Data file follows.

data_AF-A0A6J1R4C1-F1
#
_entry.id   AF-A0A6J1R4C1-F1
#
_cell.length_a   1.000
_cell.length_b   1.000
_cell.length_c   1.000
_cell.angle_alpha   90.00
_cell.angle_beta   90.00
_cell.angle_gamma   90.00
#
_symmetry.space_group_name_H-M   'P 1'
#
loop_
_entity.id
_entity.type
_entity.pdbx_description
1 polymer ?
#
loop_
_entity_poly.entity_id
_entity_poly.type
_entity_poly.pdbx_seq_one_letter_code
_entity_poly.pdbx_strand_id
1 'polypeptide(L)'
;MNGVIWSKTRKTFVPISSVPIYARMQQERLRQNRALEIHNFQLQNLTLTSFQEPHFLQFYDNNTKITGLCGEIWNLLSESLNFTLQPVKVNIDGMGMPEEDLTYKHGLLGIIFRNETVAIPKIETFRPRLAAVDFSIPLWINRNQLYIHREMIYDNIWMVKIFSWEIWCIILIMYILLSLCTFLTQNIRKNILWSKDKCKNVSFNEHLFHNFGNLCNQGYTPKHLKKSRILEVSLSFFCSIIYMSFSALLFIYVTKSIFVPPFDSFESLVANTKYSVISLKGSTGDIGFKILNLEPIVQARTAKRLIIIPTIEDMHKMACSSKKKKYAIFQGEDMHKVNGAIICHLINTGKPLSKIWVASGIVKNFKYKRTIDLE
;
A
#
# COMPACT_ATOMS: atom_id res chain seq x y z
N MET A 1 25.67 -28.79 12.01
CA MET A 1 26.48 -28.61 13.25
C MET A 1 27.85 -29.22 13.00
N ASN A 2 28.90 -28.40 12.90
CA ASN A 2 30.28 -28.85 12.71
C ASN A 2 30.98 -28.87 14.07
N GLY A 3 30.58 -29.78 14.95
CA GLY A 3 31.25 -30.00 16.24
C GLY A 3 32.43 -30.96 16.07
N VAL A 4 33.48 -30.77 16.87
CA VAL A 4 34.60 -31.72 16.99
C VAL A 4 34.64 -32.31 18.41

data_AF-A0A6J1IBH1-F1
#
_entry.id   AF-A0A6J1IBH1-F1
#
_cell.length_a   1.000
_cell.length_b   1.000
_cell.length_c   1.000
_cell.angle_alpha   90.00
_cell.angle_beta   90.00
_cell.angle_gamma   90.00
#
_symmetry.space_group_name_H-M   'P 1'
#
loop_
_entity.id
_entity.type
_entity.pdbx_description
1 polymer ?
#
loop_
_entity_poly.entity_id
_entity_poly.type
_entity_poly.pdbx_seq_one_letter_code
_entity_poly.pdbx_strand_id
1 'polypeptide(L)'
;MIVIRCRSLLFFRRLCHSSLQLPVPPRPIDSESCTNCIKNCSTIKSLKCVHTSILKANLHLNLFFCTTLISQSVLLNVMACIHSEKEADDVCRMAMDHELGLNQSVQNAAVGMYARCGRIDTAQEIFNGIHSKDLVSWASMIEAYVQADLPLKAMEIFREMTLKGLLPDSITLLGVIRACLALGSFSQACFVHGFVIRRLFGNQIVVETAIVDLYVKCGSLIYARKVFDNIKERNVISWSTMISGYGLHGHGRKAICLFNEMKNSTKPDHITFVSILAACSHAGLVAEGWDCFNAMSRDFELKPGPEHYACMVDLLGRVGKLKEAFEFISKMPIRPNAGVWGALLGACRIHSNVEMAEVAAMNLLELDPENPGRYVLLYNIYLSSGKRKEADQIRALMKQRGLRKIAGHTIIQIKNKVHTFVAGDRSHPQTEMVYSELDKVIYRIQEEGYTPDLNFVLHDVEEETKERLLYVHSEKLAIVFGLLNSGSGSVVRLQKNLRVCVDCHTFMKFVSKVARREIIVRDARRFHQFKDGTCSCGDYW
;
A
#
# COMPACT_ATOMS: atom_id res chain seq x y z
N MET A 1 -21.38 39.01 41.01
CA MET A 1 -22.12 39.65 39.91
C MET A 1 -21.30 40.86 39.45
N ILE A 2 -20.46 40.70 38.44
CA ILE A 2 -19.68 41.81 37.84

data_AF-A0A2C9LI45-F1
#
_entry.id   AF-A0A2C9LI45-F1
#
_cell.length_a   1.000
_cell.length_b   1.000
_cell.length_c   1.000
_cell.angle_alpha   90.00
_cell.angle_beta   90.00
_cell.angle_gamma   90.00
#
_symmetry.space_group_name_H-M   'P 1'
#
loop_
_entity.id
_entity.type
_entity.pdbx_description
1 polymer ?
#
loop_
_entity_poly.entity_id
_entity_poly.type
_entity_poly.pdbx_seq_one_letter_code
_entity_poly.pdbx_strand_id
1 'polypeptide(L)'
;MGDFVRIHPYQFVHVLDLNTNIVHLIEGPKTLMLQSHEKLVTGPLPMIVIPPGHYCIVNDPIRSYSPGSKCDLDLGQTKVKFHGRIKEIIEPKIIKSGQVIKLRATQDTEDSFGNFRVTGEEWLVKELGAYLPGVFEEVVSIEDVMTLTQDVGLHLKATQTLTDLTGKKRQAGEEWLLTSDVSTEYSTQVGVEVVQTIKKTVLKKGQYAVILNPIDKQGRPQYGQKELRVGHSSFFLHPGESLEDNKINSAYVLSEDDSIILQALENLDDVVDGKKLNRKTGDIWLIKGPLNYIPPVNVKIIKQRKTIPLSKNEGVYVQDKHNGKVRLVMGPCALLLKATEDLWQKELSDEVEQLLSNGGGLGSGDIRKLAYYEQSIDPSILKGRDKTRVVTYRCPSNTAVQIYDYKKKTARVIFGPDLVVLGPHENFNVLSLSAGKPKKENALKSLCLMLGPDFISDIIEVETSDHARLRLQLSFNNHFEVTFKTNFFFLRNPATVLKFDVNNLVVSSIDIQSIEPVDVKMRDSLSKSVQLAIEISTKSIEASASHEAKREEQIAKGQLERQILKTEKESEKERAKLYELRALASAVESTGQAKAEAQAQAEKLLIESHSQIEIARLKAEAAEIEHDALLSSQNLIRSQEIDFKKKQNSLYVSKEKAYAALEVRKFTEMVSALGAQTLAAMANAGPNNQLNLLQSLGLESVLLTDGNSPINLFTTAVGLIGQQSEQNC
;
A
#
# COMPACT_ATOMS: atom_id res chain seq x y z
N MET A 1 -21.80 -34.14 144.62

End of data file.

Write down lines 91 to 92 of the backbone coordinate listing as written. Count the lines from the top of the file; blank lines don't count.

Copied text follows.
loop_
_entity.id